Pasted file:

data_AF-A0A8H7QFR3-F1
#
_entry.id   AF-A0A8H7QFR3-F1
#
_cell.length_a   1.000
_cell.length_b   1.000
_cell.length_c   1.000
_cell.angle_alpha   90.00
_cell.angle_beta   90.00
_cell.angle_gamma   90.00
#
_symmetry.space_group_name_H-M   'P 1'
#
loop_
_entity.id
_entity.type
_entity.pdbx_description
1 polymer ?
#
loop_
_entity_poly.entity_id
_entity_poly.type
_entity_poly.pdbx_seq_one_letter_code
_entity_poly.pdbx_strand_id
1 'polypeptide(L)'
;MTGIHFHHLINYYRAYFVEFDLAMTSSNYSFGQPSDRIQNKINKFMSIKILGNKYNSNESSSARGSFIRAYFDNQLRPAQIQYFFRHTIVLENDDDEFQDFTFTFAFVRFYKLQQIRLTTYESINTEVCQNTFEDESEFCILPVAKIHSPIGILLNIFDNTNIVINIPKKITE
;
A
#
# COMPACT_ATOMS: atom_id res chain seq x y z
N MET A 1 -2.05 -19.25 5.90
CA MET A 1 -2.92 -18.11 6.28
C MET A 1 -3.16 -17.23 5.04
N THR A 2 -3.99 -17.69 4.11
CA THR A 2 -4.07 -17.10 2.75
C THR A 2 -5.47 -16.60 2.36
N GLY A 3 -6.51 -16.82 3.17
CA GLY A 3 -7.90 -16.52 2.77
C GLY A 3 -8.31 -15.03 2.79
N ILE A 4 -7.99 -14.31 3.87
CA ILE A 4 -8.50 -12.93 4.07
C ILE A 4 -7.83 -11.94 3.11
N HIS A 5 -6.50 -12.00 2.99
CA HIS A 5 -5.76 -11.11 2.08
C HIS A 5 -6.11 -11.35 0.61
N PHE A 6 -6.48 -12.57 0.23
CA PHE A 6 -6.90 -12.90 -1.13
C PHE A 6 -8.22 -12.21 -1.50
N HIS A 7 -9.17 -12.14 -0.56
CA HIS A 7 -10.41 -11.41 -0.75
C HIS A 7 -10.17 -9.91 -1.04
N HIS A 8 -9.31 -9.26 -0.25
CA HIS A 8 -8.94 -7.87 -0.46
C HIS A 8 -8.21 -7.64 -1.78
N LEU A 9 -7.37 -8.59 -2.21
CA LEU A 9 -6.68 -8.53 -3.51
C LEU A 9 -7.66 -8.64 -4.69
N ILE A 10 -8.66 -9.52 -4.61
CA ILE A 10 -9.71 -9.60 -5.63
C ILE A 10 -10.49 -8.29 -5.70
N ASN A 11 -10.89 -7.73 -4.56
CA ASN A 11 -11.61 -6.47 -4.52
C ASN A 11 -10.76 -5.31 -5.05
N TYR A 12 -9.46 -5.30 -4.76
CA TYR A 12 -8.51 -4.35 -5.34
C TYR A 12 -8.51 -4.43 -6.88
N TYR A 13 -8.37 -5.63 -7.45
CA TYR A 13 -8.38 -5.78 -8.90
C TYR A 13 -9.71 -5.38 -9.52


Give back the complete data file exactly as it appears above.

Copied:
data_AF-A0A8H7QFR3-F1
#
_entry.id   AF-A0A8H7QFR3-F1
#
_cell.length_a   1.000
_cell.length_b   1.000
_cell.length_c   1.000
_cell.angle_alpha   90.00
_cell.angle_beta   90.00
_cell.angle_gamma   90.00
#
_symmetry.space_group_name_H-M   'P 1'
#
loop_
_entity.id
_entity.type
_entity.pdbx_description
1 polymer ?
#
loop_
_entity_poly.entity_id
_entity_poly.type
_entity_poly.pdbx_seq_one_letter_code
_entity_poly.pdbx_strand_id
1 'polypeptide(L)'
;MTGIHFHHLINYYRAYFVEFDLAMTSSNYSFGQPSDRIQNKINKFMSIKILGNKYNSNESSSARGSFIRAYFDNQLRPAQIQYFFRHTIVLENDDDEFQDFTFTFAFVRFYKLQQIRLTTYESINTEVCQNTFEDESEFCILPVAKIHSPIGILLNIFDNTNIVINIPKKITE
;
A
#
# COMPACT_ATOMS: atom_id res chain seq x y z
N MET A 1 -2.05 -19.25 5.90
CA MET A 1 -2.92 -18.11 6.28
C MET A 1 -3.16 -17.23 5.04
N THR A 2 -3.99 -17.69 4.11
CA THR A 2 -4.07 -17.10 2.75
C THR A 2 -5.47 -16.60 2.36
N GLY A 3 -6.51 -16.82 3.17
CA GLY A 3 -7.90 -16.52 2.77
C GLY A 3 -8.31 -15.03 2.79
N ILE A 4 -7.99 -14.31 3.87
CA ILE A 4 -8.50 -12.93 4.07
C ILE A 4 -7.83 -11.94 3.11
N HIS A 5 -6.50 -12.00 2.99
CA HIS A 5 -5.76 -11.11 2.08
C HIS A 5 -6.11 -11.35 0.61
N PHE A 6 -6.48 -12.57 0.23
CA PHE A 6 -6.90 -12.90 -1.13
C PHE A 6 -8.22 -12.21 -1.50
N HIS A 7 -9.17 -12.14 -0.56
CA HIS A 7 -10.41 -11.41 -0.75
C HIS A 7 -10.17 -9.91 -1.04
N HIS A 8 -9.31 -9.26 -0.25
CA HIS A 8 -8.94 -7.87 -0.46
C HIS A 8 -8.21 -7.64 -1.78
N LEU A 9 -7.37 -8.59 -2.21
CA LEU A 9 -6.68 -8.53 -3.51
C LEU A 9 -7.66 -8.64 -4.69
N ILE A 10 -8.66 -9.52 -4.61
CA ILE A 10 -9.71 -9.60 -5.63
C ILE A 10 -10.49 -8.29 -5.70
N ASN A 11 -10.89 -7.73 -4.56
CA ASN A 11 -11.61 -6.47 -4.52
C ASN A 11 -10.76 -5.31 -5.05
N TYR A 12 -9.46 -5.30 -4.76
CA TYR A 12 -8.51 -4.35 -5.34
C TYR A 12 -8.51 -4.43 -6.88
N TYR A 13 -8.37 -5.63 -7.45
CA TYR A 13 -8.38 -5.78 -8.90
C TYR A 13 -9.71 -5.38 -9.52